GDC 2011 and the Power of Community
Today is my first #AltDevBlogADay post, so I guess it would be polite to introduce myself. I am a recent Computer Science Graduate from Carleton University and am currently a contract mobile phone developer that has been fiddling with game development in my spare time.
This past February, I had flown to San Francisco and attended my first ever GDC. I was originally hesitant of going to GDC, mainly because I have yet to release a game myself. I had constantly imagined myself being pulled out of a crowd and outed as an imposter. Luckily this did not happen at all, I actually left the convention feeling empowered and motivated. All the people at the conference were so nice that it really made me feel at home; it made me feel that I belonged. If there was only one thing I could take away from GDC, it’s about the importance of community.
There is something to be said about surrounding yourself with other people who share your passion. It seems to energize you in a unique way that can’t be reproduced. This energy is one of the main reasons that people to go to GDC. To find inspiration from their peers and mentally re-energize themselves so that they can go back to work and produce the best games they can.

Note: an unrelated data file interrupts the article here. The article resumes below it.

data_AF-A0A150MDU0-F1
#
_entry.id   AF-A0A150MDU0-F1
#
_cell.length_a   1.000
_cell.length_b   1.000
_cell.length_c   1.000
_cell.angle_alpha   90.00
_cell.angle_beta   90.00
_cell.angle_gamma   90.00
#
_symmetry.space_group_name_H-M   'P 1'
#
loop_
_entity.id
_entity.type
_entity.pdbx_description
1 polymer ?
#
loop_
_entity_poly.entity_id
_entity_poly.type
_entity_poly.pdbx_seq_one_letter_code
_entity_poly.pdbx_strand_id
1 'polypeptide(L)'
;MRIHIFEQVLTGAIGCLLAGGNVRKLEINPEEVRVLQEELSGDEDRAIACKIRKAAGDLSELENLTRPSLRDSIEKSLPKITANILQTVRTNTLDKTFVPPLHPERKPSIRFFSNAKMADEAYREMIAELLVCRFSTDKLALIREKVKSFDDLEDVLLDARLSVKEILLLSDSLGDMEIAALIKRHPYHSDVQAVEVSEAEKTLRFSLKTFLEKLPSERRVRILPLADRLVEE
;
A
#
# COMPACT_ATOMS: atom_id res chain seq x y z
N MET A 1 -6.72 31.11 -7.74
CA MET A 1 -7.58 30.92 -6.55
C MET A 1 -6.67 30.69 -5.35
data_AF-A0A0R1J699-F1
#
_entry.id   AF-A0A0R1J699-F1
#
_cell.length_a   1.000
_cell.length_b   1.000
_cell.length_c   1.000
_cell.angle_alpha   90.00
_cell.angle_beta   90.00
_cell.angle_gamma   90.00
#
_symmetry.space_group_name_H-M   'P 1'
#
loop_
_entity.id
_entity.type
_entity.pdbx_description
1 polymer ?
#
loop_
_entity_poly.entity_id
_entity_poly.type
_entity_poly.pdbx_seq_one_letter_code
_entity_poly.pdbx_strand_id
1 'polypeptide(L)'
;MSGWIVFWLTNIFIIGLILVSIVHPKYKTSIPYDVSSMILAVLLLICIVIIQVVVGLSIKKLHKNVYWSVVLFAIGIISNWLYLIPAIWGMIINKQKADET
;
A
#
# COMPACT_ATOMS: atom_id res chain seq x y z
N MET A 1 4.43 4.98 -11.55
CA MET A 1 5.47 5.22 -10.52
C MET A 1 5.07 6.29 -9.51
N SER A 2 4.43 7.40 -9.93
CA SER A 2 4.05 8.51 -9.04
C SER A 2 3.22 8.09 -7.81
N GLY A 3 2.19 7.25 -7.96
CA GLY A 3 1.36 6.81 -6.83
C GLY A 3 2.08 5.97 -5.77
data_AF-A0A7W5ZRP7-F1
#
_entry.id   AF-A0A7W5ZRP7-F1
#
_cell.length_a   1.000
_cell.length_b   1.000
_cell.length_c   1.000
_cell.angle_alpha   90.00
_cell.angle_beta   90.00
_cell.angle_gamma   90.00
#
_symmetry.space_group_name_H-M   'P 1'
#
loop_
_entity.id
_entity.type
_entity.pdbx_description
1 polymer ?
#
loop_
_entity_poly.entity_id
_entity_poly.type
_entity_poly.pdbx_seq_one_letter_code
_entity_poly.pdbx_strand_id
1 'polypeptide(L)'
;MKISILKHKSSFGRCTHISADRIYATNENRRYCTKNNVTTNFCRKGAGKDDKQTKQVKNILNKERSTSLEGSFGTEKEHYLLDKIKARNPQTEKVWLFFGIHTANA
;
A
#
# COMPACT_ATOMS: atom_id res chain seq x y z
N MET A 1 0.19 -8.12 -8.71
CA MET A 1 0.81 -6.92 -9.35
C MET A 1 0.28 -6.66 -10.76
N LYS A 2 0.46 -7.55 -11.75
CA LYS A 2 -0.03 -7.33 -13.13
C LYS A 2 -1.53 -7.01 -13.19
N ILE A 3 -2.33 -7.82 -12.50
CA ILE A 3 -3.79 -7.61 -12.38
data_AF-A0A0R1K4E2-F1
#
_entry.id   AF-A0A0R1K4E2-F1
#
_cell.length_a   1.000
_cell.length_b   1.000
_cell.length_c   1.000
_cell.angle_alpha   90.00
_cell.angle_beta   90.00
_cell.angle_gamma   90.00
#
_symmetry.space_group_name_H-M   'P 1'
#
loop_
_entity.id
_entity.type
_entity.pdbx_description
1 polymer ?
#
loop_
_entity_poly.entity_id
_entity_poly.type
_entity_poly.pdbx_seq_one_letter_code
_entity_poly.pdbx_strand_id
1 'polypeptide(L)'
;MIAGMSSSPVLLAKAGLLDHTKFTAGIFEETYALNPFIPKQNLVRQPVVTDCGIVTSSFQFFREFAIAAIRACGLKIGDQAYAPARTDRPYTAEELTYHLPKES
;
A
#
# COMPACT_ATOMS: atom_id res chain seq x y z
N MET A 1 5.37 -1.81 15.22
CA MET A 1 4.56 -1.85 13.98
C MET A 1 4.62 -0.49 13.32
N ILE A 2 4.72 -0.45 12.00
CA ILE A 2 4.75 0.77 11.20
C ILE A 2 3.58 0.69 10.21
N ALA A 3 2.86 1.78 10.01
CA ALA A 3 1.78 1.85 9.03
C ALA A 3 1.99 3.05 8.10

The sad news is that not everyone can get to San Francisco and attend GDC. The most obvious reason is the cost. If you want to attend the main keynotes, your base cost starts at around $950 and will increase when you include flights, accommodations and daily spending. There are ways to mitigate this but in the end you would most likely spend around $1500. Is it worth it though? Absolutely. If you are seriously considering getting into the game industry, you should be going to GDC for the networking opportunities alone.
Aside from GDC there are plenty of ways to interact with other game developers. The most popular tool these days seems to be Twitter. If you haven’t joined twitter yet, I would highly recommend it. Some people may question its usefulness, but that is completely dependent on who you follow. Combining Twitter with Game Industry Tweets can really help you get a sense of the developer space. As an added bonus, seeing all the developers you follow tweet about their work can really be uplifting on those tough days.
Since GDC, I turned down a full-time position from my contractor to instead pursue game development. Maybe next time when I attend GDC I will be more part of the tribe. In the meantime I will be blogging and tweeting (feel free to follow me @Gahzi) my experiences as an indie game developer.
That about wraps it up for my first blog post. I promise to have something more technical for my next post. In the meantime feel free to comment!